The nickname Baba Zayed was always more than just a popular way of describing the UAE's founder. It really felt as though he was a caring father looking after his children.
As the UAE remembers its founder, challenge is to live by his legacy
Today marks the ninth anniversary, on the Hijri calendar, of the passing of the UAE's founding father, Sheikh Zayed bin Sultan Al Nahyan. The occasion has been marked widely in the local media. It's remembered by UAE residents and those who knew him as a relative, a friend, an acquaintance, a guide or as the leader who presided over the country's development.
However remote a figure he was in reality, at least for the majority of the country's residents, he was, at the same time, somehow present almost everywhere, in spirit, if not in person. For many, the nickname of "Baba Zayed" (Father Zayed) was always more than just a popular way of describing the late President: it really did feel as though he was a caring father looking after his children.
Assessing Sheikh Zayed's contribution to the UAE is, in some ways, straightforward. It was his initiative, along with Sheikh Rashid of Dubai, that led to the formation of the federation. His decision that Abu Dhabi's oil revenues should be used for the good of all of the country allowed for the building of the infrastructure that underpins the state today, while his determination and hard work made it possible for his vision of a modern, developed and tolerant society to be achieved.
He devised the foreign policy of the state, based broadly on a philosophy of promoting consultation and collaboration, rather than confrontation, on respect for the rights of sovereign nations and on support for bodies such as the United Nations, while adopting a generous policy of development assistance and humanitarian aid for countries and communities in need.
Devout in his faith of Islam, he was a committed proponent of its fundamental elements of mercy and tolerance, a firm opponent of extremism and terrorism and an ardent advocate of dialogue with other faiths and cultures - an approach that is perhaps of even more relevance today than it was during his lifetime.
Some of his best-known sayings provide insights into his philosophy of leadership. Of those, three have particular resonance today.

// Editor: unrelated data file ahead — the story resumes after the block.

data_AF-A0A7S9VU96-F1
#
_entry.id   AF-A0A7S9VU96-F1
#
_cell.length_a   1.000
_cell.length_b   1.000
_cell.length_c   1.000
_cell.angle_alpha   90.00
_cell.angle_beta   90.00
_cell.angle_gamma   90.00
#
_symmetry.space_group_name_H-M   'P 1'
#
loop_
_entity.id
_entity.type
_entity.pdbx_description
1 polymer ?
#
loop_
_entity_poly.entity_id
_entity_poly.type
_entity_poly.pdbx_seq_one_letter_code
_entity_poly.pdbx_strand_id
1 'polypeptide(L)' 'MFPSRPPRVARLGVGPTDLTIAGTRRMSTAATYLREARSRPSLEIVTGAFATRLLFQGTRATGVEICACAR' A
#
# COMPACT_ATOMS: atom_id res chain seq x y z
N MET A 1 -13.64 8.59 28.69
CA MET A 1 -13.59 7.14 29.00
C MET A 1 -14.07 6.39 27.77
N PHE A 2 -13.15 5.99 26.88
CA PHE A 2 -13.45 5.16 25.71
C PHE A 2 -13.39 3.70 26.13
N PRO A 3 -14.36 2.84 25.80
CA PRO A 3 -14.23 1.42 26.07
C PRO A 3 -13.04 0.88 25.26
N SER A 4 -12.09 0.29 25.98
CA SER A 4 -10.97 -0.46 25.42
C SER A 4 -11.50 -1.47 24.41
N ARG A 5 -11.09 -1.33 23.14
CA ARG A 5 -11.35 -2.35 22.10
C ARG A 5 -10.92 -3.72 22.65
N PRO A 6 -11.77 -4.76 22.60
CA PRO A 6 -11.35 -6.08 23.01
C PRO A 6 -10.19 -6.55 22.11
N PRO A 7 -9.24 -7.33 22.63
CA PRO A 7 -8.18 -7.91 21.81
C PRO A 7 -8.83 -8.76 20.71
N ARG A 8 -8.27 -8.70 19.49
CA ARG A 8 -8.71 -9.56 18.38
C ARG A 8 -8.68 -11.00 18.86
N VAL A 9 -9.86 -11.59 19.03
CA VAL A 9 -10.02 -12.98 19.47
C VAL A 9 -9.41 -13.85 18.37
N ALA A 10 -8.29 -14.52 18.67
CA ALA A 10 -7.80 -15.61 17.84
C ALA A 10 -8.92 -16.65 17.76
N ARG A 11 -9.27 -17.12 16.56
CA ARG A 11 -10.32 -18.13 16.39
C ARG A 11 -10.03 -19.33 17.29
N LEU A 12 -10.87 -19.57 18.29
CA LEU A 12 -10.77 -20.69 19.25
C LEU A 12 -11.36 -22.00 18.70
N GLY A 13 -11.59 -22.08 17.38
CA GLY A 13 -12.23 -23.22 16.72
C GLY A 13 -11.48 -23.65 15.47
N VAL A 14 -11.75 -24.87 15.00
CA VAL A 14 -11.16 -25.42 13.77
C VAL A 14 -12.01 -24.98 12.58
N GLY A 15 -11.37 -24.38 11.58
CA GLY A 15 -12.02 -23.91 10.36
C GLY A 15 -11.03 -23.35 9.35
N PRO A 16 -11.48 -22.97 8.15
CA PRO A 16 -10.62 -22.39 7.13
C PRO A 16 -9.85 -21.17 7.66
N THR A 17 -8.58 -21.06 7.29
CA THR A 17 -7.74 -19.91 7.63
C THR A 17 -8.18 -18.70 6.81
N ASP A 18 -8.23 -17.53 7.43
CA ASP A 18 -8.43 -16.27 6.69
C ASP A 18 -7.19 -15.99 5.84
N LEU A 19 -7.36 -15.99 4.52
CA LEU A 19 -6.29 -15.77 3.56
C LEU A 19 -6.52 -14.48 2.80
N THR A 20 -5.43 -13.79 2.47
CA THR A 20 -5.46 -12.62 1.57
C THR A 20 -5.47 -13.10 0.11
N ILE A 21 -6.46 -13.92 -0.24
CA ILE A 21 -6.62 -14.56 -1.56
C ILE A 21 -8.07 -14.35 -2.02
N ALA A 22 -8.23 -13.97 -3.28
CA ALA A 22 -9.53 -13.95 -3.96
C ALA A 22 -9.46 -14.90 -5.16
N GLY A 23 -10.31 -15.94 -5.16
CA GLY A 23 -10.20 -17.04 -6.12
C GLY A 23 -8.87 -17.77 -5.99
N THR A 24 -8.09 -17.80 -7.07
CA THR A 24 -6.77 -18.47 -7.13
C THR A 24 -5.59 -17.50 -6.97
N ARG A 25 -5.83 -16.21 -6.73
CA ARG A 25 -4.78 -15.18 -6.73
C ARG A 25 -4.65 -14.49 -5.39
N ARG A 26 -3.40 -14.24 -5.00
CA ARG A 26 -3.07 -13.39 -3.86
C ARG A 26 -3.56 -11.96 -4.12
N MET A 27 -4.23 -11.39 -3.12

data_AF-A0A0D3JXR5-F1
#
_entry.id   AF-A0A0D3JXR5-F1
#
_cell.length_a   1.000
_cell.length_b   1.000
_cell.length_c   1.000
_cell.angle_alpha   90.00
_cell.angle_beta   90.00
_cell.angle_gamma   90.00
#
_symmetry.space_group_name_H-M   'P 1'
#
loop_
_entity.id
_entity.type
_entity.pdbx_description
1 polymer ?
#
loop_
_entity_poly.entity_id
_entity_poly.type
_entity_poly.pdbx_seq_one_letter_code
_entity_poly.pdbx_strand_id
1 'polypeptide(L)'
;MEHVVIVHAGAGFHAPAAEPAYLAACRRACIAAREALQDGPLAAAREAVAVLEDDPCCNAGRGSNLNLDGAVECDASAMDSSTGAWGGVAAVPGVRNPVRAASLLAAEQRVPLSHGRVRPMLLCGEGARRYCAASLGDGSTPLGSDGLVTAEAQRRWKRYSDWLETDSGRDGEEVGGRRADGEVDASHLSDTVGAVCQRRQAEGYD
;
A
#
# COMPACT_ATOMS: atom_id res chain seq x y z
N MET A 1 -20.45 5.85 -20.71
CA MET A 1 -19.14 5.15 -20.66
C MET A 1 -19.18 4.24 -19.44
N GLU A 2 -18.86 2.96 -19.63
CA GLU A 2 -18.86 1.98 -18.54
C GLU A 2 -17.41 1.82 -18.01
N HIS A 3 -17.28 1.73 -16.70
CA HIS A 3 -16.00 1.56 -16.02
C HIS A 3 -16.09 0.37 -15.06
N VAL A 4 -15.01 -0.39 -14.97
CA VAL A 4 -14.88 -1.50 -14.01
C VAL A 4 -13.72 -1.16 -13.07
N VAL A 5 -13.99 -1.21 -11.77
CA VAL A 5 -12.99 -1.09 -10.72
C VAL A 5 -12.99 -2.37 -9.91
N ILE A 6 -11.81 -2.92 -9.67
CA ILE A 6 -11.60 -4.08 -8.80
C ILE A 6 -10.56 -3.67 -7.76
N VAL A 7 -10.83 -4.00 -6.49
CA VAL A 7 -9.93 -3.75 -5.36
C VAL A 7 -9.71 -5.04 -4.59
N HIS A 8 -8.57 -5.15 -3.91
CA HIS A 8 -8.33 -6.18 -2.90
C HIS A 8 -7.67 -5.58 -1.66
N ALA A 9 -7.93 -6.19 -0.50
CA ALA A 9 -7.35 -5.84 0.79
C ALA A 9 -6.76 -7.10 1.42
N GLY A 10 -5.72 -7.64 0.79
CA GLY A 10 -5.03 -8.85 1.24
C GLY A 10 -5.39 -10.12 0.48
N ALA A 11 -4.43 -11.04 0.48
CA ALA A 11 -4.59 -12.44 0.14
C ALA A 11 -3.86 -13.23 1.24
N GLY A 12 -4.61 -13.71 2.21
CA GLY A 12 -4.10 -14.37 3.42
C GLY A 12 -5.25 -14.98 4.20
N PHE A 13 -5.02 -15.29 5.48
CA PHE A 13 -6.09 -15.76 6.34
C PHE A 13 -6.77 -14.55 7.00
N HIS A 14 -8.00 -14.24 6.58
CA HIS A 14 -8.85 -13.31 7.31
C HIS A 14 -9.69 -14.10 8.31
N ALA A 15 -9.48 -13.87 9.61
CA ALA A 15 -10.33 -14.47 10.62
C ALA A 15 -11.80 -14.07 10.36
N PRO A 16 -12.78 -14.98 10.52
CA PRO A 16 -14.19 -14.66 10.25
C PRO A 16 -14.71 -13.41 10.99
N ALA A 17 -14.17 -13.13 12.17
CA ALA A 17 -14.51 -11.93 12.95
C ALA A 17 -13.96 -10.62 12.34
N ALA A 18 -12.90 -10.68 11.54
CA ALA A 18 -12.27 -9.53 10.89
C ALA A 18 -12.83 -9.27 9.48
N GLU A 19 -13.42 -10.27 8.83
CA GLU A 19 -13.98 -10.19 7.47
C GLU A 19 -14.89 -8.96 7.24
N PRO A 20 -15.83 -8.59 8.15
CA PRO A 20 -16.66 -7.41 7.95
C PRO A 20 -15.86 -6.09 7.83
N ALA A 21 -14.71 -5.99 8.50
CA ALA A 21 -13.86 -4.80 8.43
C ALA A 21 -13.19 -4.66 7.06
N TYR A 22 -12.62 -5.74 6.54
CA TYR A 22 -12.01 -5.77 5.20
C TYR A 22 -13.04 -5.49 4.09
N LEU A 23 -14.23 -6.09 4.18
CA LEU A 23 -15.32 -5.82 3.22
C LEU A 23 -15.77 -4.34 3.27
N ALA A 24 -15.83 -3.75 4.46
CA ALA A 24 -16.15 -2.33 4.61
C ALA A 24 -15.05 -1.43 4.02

One refers to the need for people to be aware of the nation's past if they are to be properly able to tackle the challenges of the present and the future. Another, defining his view of the way in which the country's revenues from oil should be used, states that "wealth is of no value unless it is used in the service of the people". A third singles out the people as being "the real wealth of the nation".
The first emphasises the importance of preserving national identity in a fast-changing world; the second exemplifies his belief that the country's extraordinary wealth is not something to be squandered but a gift to be used to facilitate development to all not just some of the people; the third, a logical derivation of the second, stresses that the country's future lies not in its riches per se but in the people, both men and women, who have a right to be provided with all that will enable them to live a good life, benefiting from education, health care, social services and access to employment, and to contribute to the state's future.
The way in which he implemented those beliefs is visible throughout the country, not just in the physical infrastructure but also in the way in which the leaders of today continue to cite and to implement his vision.
Many of the challenges that Sheikh Zayed himself faced during his decades as leader, first as Ruler of Abu Dhabi and then, concurrently, as President of the UAE, are no longer directly relevant. Illiteracy has now nearly disappeared. Access to health care is universal. Opportunities for education are open to all. The role of women in society has evolved in ways that would have been almost unimaginable a few decades ago.
It's appropriate to remember Sheikh Zayed for his achievements, with gratitude - the UAE was incredibly fortunate to have had him as its leader during its early years. Now, though, comes the task of ensuring that his legacy is not only remembered but is interpreted so as to ensure that it continues to develop.
Sheikh Zayed, for example, didn't see education as an end in itself - it was something to equip the people of the UAE to take on responsibilities for the country's future development.
His determination to provide for his people was not intended to create a culture of dependence on the state but to enable them to give back something to the country that had nurtured them.
His advocacy of cultural and religious tolerance was derived from his firm Muslim faith but also reflected his own recognition of the fact that the country's future development was something that could only be brought about with the involvement of both Emiratis and expatriates, working together to achieve a common goal.
Since the UAE was established in 1971, it has made enormous strides, thanks, to a large extent, to the efforts made by Sheikh Zayed. The best way of giving thanks for those efforts is by ensuring that the country and its people, citizens and expatriates alike, take on the tasks and shoulder the responsibilities for which he equipped them.
Peter Hellyer is a consultant specialising in the UAE's history and culture